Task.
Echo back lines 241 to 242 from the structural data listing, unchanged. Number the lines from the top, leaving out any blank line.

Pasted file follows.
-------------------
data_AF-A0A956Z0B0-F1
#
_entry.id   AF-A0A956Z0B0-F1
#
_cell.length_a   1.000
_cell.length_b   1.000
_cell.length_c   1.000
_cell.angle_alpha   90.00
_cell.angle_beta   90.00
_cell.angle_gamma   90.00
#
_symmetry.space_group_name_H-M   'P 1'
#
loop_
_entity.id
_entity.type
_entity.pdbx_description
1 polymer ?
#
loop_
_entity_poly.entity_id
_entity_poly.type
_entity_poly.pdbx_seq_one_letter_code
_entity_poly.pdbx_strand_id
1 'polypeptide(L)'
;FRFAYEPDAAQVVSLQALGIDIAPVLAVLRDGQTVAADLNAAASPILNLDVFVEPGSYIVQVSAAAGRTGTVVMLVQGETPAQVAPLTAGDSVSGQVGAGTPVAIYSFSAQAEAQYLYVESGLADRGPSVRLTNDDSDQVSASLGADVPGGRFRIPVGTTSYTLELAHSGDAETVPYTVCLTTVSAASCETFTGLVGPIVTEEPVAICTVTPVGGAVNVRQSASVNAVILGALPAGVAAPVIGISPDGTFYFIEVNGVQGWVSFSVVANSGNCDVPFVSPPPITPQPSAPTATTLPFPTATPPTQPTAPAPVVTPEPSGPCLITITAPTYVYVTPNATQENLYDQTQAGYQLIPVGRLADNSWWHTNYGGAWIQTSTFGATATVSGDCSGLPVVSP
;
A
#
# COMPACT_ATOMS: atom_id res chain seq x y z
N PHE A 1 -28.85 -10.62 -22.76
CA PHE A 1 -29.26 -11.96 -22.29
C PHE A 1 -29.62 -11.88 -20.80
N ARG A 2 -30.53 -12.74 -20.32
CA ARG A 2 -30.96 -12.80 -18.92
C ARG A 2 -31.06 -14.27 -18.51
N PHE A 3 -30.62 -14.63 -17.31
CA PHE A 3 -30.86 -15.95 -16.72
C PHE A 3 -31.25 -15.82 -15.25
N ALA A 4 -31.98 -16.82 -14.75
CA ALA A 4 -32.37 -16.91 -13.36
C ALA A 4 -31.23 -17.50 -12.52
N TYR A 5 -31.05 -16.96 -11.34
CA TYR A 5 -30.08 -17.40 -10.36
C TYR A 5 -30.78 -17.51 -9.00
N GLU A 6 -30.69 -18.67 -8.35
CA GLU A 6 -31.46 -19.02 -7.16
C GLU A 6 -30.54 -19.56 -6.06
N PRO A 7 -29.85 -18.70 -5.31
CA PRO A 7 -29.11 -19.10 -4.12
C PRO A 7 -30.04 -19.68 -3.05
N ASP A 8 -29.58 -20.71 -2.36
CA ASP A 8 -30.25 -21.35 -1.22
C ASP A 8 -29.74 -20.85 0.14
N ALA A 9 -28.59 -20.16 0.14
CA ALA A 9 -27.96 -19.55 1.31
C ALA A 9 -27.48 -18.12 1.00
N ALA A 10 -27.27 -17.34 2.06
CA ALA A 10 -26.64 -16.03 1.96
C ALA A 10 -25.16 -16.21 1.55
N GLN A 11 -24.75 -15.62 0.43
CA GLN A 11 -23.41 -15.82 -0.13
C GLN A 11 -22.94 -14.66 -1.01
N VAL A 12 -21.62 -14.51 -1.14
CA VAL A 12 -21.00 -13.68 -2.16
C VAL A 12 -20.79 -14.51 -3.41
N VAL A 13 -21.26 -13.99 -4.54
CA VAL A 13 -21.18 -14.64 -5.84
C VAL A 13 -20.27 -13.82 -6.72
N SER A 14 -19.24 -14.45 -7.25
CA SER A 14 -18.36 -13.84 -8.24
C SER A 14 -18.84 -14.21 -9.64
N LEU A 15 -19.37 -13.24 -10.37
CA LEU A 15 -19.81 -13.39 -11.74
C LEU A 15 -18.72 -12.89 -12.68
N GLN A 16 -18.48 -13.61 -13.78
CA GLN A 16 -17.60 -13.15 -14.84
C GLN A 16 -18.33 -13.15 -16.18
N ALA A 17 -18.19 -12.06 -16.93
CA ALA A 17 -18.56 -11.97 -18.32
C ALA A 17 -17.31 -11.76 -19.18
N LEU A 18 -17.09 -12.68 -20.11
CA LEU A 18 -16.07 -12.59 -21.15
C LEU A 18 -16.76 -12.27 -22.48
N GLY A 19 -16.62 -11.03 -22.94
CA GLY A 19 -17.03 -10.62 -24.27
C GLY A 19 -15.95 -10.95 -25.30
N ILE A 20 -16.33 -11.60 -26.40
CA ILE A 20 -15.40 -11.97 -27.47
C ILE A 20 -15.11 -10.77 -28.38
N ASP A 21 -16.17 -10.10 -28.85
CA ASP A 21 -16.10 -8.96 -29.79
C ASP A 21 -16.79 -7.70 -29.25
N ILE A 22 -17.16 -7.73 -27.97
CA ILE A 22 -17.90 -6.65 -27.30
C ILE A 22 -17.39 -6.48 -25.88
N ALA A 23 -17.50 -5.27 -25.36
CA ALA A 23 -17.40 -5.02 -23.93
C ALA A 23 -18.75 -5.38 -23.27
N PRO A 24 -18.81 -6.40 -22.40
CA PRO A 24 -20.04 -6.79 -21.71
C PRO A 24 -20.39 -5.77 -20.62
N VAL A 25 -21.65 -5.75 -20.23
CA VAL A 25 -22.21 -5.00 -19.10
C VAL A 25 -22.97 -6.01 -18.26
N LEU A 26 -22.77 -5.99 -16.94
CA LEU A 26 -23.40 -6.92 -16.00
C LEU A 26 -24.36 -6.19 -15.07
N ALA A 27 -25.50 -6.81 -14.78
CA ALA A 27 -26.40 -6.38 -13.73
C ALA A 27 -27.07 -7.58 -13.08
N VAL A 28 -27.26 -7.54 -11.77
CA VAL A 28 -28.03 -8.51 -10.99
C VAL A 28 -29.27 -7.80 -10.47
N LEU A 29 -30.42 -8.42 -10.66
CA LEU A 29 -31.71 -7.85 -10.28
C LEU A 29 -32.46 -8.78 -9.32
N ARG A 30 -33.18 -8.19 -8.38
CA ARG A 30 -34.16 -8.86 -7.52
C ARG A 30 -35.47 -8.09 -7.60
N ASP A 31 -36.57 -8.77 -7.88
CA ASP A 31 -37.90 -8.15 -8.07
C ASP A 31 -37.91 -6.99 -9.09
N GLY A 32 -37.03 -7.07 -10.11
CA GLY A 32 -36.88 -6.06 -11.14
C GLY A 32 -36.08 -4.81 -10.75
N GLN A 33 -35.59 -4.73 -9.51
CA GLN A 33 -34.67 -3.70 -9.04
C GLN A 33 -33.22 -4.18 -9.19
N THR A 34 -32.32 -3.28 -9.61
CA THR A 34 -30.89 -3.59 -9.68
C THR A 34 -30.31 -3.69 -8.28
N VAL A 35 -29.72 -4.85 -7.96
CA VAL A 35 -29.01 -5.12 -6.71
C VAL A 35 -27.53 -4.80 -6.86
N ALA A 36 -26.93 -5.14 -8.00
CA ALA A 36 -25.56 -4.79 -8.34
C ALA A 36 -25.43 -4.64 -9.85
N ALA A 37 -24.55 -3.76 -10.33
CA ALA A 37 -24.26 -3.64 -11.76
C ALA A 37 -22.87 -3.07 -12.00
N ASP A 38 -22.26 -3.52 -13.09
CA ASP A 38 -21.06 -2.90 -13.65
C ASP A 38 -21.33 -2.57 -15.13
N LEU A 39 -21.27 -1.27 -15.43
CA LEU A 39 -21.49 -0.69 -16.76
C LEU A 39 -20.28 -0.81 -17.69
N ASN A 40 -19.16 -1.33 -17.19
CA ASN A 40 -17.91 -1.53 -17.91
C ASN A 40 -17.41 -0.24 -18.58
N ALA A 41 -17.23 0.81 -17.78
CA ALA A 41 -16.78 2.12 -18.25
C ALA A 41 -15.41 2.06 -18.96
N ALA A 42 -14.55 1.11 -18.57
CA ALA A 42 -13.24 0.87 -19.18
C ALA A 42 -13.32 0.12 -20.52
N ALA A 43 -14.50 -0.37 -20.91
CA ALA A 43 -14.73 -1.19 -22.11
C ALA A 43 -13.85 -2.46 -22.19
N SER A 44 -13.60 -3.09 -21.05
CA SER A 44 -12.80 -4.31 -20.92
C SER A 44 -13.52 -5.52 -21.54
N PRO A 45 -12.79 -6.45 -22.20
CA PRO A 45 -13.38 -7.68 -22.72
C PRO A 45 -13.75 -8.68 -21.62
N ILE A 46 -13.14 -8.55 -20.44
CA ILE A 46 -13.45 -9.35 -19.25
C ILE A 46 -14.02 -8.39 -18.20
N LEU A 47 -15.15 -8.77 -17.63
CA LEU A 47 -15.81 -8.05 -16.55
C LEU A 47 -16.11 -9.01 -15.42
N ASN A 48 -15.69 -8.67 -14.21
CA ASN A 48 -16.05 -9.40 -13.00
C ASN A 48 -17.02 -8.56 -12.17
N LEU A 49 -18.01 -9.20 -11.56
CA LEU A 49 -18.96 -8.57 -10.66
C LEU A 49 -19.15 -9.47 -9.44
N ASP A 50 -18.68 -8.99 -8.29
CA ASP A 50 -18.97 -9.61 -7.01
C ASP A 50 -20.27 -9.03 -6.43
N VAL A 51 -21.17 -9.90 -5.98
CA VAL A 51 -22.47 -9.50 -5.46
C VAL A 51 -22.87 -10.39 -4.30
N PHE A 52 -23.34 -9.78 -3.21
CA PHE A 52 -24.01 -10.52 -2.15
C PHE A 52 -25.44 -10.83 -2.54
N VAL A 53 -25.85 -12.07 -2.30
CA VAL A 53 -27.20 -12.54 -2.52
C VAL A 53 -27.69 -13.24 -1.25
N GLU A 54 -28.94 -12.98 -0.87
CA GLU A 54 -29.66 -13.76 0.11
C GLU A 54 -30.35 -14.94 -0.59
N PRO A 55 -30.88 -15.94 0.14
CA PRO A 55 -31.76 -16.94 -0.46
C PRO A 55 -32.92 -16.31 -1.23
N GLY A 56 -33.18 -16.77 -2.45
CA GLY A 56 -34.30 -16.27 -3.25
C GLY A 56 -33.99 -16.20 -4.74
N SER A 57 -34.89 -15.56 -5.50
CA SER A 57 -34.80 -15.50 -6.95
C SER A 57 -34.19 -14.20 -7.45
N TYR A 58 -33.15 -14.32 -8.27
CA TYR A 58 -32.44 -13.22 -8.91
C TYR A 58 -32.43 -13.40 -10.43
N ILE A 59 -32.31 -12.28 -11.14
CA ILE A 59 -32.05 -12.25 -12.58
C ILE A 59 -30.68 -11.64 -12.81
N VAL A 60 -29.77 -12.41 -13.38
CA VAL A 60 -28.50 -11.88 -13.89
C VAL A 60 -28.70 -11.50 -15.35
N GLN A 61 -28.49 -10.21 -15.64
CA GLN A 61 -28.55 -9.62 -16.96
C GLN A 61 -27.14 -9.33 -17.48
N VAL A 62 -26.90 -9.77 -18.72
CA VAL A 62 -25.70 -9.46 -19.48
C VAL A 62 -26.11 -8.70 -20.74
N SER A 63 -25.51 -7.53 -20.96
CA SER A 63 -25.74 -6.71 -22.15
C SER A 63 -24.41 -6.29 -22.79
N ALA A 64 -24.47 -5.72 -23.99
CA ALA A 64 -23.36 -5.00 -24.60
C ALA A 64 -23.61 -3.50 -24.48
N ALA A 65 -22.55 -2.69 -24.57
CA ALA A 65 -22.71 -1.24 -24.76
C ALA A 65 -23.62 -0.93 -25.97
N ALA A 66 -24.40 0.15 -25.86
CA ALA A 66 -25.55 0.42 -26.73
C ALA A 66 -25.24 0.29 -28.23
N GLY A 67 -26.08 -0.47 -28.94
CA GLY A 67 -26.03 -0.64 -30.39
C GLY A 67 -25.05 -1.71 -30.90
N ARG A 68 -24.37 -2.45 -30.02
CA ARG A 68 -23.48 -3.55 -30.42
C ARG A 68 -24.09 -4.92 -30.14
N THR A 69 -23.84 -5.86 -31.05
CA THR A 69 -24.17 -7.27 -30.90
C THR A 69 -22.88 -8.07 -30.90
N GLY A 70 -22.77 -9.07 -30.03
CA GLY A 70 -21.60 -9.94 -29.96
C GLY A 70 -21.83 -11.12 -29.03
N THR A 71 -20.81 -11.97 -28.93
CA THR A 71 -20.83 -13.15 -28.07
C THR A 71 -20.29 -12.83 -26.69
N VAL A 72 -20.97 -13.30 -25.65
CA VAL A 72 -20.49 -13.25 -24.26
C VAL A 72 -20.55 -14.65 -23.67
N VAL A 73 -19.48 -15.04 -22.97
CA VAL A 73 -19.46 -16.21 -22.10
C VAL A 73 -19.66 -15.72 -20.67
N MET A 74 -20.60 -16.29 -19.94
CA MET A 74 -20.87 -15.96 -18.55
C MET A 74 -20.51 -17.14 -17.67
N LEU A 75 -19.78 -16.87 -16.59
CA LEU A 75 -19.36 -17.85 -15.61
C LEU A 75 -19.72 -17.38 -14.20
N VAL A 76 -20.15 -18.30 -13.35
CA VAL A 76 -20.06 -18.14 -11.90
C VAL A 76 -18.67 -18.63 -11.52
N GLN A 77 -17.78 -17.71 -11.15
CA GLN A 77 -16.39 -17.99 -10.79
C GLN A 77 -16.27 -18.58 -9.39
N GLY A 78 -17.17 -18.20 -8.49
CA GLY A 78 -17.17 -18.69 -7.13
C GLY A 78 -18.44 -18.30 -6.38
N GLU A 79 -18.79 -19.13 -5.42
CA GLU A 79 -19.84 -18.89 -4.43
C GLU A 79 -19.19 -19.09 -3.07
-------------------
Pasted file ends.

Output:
N THR A 71 -20.81 -11.97 -28.93
CA THR A 71 -20.83 -13.15 -28.07